While CES doesn’t officially start until Tuesday, announcements and teasers always begin flowing long before the show. From sifting through those materials, I’ve started to spot a few trends.
Augmented reality will be everywhere, while virtual reality gets less attention
This shift is good news for me. Motion sickness makes it unpleasant to fully immerse myself in a virtual world, while augmented reality (AR) devices, which superimpose digital images on real objects, suit me just fine. CES exhibitors will show off lots of new AR glasses at this year’s show, as well as advances in the underlying technology.
Bosch, for example, is pitching a new optical light drive module, a stack of MEMS mirrors, sensors, processors, and other hardware that can be built into smart glasses to create an AR display. Futurus Technology will introduce a mixed reality car windshield. And Magic Leap promises a live demo of new apps as the well-funded AR startup pivots to focus more on business than consumer applications, at least in the short term.
Holography is back in fashion
Holography seems to come and go, as the technology lurches between enthusiasts’ claims that holography is better than ever before and skeptics’ assertions that it’s still not good enough to be useful.
This year, Looking Glass is demonstrating a 32-inch 8K holographic display, with, the company says, a holographic depth that measures in feet, rather than inches.
Hypervsn plans to demonstrate a livestream of holograms, along with a holographic version of Tetris and various holographic virtual assistants.
And those Bosch AR modules I mentioned previously? The company touts a “holographic element” as one key feature of its technology.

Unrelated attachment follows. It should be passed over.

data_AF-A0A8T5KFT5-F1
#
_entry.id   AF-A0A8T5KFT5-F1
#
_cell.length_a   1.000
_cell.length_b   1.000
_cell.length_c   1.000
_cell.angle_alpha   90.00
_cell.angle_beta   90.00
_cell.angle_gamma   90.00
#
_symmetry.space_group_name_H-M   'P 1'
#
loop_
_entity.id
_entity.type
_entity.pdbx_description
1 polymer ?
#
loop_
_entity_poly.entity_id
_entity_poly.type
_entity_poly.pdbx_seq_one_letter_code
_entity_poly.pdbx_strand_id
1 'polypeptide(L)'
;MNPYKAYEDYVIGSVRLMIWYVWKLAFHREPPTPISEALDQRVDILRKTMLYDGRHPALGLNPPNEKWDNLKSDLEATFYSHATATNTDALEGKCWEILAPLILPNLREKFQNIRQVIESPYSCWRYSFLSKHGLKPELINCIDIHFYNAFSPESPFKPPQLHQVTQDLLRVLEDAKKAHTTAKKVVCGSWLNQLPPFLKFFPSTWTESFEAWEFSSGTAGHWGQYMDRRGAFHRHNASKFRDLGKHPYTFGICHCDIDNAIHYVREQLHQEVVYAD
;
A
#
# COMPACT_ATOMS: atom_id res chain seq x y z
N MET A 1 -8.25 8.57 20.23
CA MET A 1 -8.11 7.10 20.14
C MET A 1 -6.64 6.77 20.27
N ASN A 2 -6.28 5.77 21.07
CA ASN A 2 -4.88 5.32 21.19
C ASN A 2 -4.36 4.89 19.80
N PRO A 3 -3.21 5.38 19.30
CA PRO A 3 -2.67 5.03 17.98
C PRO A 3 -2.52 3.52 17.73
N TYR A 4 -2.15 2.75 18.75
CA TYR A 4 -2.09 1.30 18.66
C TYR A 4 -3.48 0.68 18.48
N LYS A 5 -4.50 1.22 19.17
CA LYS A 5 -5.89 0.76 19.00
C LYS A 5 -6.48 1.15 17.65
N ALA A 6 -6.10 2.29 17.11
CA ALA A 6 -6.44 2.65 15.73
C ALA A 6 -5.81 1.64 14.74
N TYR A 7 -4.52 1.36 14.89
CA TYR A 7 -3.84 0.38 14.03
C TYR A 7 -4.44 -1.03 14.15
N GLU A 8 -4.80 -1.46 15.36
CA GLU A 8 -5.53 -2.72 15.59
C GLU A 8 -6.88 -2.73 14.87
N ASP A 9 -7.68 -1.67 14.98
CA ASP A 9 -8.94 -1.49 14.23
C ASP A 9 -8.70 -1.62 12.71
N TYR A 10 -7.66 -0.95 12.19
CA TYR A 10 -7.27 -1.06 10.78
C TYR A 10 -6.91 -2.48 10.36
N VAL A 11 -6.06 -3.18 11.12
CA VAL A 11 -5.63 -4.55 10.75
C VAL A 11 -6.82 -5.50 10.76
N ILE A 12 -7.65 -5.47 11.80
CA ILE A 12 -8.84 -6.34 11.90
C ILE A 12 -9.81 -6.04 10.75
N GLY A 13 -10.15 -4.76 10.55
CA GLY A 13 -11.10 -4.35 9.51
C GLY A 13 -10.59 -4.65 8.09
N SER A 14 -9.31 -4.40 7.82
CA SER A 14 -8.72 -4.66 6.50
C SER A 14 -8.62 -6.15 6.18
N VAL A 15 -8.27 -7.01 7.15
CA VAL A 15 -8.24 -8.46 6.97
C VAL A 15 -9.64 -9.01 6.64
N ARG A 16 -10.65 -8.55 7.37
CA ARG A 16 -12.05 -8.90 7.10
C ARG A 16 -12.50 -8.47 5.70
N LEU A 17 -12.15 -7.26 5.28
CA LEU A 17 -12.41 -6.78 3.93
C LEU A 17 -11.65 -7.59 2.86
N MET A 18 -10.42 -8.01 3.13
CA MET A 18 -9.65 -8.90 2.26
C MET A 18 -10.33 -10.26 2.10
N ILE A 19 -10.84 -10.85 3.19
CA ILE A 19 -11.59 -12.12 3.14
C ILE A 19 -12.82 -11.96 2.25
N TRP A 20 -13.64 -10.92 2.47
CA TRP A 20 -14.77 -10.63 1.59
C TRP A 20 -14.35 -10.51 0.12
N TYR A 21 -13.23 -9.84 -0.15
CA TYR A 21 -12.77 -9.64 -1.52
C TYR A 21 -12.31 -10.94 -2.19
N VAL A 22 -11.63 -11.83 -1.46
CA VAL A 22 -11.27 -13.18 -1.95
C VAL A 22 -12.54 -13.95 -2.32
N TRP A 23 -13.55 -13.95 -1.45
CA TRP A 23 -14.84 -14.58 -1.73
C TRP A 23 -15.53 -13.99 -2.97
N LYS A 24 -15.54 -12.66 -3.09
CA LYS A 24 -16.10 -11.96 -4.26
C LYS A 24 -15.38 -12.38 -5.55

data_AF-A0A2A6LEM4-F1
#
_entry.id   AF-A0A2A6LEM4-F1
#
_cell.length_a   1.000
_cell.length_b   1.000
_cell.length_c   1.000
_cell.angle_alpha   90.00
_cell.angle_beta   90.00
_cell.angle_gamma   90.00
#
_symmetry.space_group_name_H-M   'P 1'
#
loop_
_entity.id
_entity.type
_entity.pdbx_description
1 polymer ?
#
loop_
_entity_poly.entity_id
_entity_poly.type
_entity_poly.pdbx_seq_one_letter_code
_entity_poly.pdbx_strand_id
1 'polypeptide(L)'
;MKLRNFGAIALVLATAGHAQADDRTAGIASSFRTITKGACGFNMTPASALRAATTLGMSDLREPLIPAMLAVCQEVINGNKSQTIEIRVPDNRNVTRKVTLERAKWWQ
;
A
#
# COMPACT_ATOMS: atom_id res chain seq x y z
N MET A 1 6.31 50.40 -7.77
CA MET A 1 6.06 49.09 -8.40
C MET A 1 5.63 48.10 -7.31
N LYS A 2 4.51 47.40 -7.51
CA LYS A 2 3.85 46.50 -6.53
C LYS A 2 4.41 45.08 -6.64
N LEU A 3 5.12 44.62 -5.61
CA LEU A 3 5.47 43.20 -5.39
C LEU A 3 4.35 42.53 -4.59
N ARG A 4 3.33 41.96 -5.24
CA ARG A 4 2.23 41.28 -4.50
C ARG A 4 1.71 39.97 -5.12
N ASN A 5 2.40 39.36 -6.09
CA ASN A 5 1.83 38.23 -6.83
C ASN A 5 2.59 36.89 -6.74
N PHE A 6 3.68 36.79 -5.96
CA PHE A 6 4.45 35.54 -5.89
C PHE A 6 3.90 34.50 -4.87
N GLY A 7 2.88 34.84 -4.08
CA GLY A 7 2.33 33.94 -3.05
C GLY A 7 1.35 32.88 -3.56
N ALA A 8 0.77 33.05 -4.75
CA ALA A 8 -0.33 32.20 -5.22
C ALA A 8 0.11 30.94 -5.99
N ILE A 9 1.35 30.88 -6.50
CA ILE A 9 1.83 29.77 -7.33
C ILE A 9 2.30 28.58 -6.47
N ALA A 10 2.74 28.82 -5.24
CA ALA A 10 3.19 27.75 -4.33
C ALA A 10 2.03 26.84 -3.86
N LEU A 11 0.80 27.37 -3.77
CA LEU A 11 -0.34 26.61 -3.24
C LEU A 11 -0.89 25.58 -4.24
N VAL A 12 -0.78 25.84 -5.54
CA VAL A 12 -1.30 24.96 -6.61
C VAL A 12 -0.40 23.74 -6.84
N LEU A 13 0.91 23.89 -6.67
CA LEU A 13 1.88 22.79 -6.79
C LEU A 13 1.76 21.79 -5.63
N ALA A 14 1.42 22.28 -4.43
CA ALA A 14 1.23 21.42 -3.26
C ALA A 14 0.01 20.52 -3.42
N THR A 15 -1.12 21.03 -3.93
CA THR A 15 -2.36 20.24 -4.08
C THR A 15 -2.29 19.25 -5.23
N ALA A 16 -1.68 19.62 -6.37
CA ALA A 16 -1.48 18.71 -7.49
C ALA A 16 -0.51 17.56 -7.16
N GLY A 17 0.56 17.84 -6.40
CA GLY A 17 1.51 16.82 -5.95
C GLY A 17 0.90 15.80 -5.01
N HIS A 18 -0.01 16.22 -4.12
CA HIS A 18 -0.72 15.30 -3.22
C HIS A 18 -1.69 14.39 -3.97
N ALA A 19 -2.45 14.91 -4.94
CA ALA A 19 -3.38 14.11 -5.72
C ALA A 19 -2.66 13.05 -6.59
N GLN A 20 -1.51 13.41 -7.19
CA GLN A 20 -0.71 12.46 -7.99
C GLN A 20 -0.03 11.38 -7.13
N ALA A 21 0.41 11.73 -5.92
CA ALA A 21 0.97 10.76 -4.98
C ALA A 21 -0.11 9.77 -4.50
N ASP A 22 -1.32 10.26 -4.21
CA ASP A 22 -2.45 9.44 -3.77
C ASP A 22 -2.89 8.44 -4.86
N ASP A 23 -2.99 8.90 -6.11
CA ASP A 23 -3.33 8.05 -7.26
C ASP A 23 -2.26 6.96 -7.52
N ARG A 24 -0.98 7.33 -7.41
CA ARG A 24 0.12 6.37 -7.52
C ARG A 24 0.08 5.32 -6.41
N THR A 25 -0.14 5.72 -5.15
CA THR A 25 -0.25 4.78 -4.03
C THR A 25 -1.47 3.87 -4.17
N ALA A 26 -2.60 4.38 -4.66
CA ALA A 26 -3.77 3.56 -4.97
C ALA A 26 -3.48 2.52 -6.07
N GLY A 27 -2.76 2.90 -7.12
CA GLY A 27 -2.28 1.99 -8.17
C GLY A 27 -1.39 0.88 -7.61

Toileting comes to the Internet of Things
I have never seen so many press releases related to poop! Several companies are touting smart diapers for infants and adults. Monit announced adult diapers that contain five sensors and will notify caregivers via an app that a diaper is soiled and “pinpoint the soiled area” to reveal exactly what the caregiver will find when the diaper is changed. The system apparently uses machine learning to get smarter about… what, I’m not quite sure.
Meanwhile, Charmin plans to demo several technologies “for a better bathroom experience.” (Sorry, that’s all I can tell you right now, details are under embargo. I’ll just say they definitely push the edge of bathroom technology.)
And Toto, the company whose many-featured toilets brought luxury toilet technology out of Japan, where many of us first encountered it, into high-end homes around the world, says its next-generation toilet has added self cleaning, with ultraviolet light and a titanium dioxide coating on the toilet bowl, which together create a photocatalytic process to destroy lingering microscopic particles of waste—for just US $13,000.
You can follow me on Twitter as I check out these products, and more, at @TeklaPerry.
Tekla S. Perry is a senior editor at IEEE Spectrum. Based in Palo Alto, Calif., she's been covering the people, companies, and technology that make Silicon Valley a special place for more than 30 years. An IEEE member, she holds a bachelor's degree in journalism from Michigan State University.